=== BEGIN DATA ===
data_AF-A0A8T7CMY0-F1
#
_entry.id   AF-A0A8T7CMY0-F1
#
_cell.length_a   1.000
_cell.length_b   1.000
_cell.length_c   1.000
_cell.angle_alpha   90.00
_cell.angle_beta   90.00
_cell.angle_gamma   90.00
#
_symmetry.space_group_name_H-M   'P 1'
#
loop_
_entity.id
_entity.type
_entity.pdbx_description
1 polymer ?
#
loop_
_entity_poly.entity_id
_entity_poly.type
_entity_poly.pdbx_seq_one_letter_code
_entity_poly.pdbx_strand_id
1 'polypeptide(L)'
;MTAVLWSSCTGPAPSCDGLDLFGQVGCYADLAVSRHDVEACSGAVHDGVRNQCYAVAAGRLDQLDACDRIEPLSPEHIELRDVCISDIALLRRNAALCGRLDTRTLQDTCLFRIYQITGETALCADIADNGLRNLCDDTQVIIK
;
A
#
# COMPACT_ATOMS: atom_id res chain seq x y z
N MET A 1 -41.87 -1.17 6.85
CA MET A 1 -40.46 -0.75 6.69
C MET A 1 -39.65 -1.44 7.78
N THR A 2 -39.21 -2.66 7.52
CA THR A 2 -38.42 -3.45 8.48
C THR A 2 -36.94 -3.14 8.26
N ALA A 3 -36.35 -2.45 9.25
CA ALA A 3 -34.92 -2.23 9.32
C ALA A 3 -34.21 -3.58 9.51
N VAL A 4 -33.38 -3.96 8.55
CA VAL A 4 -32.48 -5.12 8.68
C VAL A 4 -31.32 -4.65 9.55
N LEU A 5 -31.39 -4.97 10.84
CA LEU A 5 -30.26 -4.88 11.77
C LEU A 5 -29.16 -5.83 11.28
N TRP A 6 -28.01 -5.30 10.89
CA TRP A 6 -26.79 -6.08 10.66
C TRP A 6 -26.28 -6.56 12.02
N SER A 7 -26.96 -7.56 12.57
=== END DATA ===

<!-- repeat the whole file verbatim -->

data_AF-A0A8T7CMY0-F1
#
_entry.id   AF-A0A8T7CMY0-F1
#
_cell.length_a   1.000
_cell.length_b   1.000
_cell.length_c   1.000
_cell.angle_alpha   90.00
_cell.angle_beta   90.00
_cell.angle_gamma   90.00
#
_symmetry.space_group_name_H-M   'P 1'
#
loop_
_entity.id
_entity.type
_entity.pdbx_description
1 polymer ?
#
loop_
_entity_poly.entity_id
_entity_poly.type
_entity_poly.pdbx_seq_one_letter_code
_entity_poly.pdbx_strand_id
1 'polypeptide(L)'
;MTAVLWSSCTGPAPSCDGLDLFGQVGCYADLAVSRHDVEACSGAVHDGVRNQCYAVAAGRLDQLDACDRIEPLSPEHIELRDVCISDIALLRRNAALCGRLDTRTLQDTCLFRIYQITGETALCADIADNGLRNLCDDTQVIIK
;
A
#
# COMPACT_ATOMS: atom_id res chain seq x y z
N MET A 1 -41.87 -1.17 6.85
CA MET A 1 -40.46 -0.75 6.69
C MET A 1 -39.65 -1.44 7.78
N THR A 2 -39.21 -2.66 7.52
CA THR A 2 -38.42 -3.45 8.48
C THR A 2 -36.94 -3.14 8.26
N ALA A 3 -36.35 -2.45 9.25
CA ALA A 3 -34.92 -2.23 9.32
C ALA A 3 -34.21 -3.58 9.51
N VAL A 4 -33.38 -3.96 8.55
CA VAL A 4 -32.48 -5.12 8.68
C VAL A 4 -31.32 -4.65 9.55
N LEU A 5 -31.39 -4.97 10.84
CA LEU A 5 -30.26 -4.88 11.77
C LEU A 5 -29.16 -5.83 11.28
N TRP A 6 -28.01 -5.30 10.89
CA TRP A 6 -26.79 -6.08 10.66
C TRP A 6 -26.28 -6.56 12.02
N SER A 7 -26.96 -7.56 12.57